Active Outdoors: Really enjoying a cold snap
Everybody's calling this the winter that won't quit. I think they're deluding themselves. Here, in New England at least, March is always winter. People who hope for something different are simply being unrealistic.
It's tough to get out and enjoy the outdoors when the weather isn't to your liking. In the heat and humidity of July and August, I make the best of it, getting up before the sun rises for a hike or a bike ride, swimming and kayaking in the evenings as the sun sets, until late August brings decent weather again.
But there's no need to worry about that just yet. I have been having so much fun in the snow lately, alone or with my sweetheart, Marilyn, that I hope this winter never ends. Here are some ideas to get you out and enjoying winter. Life isn't a spectator sport. Get out and enjoy!
In search of the elusive hippypotamoose
If you are reading this in print, chances are good you have a cross-country ski area within a short drive. And, this year, there's a good chance it has plenty of snow. How long has it been since you went out and explored the groomed trails on skinny skis?
Looking for something to do alone on the last Saturday in February, I decided to check out the trails at Pine Hill Ski Club (pinehillskiclub.com) in New London, N.H. This is a private club, run entirely by volunteers, but anyone is welcome to use the trails. The price of membership and the "donations" from non-members ($12 for an all-day trail pass) pays for trail maintenance and grooming. They have a warming hut at the far end of the trail system, which is all easy to moderate in difficulty -- no real steep hills or sharp turns here. Just pleasant skiing.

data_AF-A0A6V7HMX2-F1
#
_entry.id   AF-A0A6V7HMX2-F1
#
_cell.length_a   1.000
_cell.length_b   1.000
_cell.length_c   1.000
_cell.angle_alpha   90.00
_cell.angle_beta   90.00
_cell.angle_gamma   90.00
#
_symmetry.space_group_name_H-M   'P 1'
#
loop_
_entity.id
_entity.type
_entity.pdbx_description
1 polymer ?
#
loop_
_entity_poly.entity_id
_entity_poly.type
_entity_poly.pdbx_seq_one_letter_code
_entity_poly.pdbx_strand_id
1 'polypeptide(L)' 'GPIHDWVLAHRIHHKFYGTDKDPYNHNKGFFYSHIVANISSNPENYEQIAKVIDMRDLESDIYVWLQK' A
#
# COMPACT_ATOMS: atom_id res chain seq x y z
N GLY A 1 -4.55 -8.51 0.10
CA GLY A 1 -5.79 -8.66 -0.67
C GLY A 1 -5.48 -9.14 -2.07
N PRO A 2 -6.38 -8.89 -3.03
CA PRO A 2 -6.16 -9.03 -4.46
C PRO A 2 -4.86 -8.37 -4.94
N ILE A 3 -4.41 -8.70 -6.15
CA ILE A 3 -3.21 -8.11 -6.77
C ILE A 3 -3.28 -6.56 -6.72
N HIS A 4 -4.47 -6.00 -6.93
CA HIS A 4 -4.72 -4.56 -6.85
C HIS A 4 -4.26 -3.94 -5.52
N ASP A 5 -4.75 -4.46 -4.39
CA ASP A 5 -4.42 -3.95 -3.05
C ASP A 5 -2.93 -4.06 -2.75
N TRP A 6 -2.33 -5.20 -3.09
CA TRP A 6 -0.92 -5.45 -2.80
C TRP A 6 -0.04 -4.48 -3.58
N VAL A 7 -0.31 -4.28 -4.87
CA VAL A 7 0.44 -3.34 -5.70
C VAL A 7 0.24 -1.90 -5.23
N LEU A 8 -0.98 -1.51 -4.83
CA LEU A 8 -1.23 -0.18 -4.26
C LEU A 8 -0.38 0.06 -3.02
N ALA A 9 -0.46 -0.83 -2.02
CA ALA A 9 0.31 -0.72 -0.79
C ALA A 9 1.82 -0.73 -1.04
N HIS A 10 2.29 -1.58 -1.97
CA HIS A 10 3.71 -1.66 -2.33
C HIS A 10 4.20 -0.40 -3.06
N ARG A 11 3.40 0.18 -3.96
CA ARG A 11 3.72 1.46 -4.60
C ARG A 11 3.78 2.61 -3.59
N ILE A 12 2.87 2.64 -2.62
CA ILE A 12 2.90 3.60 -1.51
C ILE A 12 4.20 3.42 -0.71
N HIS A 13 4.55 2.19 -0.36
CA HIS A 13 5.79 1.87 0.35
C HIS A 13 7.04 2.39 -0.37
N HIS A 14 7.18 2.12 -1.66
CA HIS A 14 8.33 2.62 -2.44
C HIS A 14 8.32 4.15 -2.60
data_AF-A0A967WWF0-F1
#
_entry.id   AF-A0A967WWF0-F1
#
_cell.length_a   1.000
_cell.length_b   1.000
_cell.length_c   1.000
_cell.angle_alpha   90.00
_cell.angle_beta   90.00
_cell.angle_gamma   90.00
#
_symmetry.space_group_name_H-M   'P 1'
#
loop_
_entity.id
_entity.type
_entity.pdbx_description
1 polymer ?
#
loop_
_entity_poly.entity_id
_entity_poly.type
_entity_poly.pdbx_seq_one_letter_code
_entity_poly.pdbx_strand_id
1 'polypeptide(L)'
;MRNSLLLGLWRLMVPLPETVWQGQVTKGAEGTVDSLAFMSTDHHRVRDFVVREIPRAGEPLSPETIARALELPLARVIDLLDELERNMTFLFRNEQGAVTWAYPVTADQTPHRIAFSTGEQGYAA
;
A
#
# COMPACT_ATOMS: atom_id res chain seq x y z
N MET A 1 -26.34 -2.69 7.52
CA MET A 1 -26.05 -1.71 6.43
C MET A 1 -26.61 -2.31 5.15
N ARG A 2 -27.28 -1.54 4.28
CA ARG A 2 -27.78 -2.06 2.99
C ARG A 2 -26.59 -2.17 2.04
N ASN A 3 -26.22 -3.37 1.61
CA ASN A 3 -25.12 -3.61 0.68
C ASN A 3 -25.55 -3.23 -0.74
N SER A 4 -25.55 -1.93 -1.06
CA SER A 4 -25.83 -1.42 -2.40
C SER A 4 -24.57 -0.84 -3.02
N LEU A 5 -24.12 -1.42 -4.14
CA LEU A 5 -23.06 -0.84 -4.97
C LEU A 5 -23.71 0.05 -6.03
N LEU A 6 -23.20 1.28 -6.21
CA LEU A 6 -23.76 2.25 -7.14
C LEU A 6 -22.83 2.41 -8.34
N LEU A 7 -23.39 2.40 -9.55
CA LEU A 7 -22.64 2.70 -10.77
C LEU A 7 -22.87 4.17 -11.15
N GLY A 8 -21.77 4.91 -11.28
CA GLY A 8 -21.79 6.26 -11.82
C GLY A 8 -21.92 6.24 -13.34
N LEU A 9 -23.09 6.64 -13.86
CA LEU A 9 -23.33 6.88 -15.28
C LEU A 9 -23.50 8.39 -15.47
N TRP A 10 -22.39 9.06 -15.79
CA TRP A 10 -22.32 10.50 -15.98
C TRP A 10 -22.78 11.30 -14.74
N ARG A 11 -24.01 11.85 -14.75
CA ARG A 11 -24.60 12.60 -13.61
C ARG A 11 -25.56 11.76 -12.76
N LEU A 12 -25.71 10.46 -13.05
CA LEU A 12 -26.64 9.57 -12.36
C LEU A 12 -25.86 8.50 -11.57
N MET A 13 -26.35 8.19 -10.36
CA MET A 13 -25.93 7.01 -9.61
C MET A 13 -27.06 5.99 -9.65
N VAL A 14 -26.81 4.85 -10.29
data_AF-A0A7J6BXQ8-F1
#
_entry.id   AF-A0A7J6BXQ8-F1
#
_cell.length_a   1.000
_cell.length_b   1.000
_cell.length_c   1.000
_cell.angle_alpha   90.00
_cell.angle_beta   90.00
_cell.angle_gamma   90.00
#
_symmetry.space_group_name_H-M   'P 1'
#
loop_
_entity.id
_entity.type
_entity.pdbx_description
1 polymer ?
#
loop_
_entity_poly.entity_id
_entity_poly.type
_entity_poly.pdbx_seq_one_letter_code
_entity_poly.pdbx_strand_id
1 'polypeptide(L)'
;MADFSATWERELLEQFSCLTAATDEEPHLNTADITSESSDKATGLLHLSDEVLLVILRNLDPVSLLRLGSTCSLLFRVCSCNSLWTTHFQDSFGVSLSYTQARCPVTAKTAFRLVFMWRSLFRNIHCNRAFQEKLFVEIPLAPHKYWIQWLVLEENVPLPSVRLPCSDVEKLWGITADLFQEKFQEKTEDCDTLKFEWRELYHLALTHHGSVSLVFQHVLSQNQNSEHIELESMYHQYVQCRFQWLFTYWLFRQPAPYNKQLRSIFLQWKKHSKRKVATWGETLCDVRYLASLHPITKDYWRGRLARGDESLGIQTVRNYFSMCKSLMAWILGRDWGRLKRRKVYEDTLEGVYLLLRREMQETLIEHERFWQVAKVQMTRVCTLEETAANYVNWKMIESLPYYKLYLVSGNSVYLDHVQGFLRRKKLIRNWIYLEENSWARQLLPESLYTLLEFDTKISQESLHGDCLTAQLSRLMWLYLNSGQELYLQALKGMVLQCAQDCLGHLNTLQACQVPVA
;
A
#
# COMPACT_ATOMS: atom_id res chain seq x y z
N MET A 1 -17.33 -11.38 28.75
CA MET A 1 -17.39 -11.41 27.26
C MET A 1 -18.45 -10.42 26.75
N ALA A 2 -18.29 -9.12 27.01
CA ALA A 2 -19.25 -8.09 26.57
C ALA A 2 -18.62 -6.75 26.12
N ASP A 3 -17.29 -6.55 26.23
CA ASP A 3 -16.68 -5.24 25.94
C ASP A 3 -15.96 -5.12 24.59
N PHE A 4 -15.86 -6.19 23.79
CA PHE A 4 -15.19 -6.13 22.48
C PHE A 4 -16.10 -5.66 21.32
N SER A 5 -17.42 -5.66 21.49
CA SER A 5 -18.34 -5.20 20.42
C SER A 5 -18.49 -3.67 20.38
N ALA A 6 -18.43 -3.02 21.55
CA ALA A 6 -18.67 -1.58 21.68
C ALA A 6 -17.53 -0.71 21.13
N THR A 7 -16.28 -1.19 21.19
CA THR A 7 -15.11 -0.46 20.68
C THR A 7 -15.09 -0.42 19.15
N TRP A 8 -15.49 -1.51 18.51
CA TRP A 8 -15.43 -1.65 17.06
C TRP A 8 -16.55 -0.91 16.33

By this February's standards, it was a warm afternoon (highs near freezing), some of the trails were recently groomed and the others were all skiable. They groom for classic skis only, most of the trails aren't wide enough for skate skiing. I kicked along at my own pace, stopped several times to enjoy the views, and managed to explore a little more than half of their trail system. There's just enough terrain here for a good day of skiing.
Out in the woods, I encountered the whimsical "Hippypotamoose," waiting to delight passers-by. It's definitely worth seeing (an overlook nearby also has an amazing view of Mount Kearsarge), but I'm not going to tell you where, exactly, it hides. You'll have to go exploring and find it for yourself (take the whole family!)
Two nights in a tipi
Marilyn and I got to spend two nights sleeping out at the VOGA Winter Doe Camp (voga.org/winter_doe_camp.htm) at the Hulbert Center in Fairlee, Vt., where my buddy, David, and I were teaching two classes. The first night, Feb 28, it was 5 below zero when we went to bed and somewhere around 11 or 12 below when we got up. With zero-degree-sleeping bags, it was an interesting challenge. But we all followed the principles we were teaching the next day and spent a comfortable night.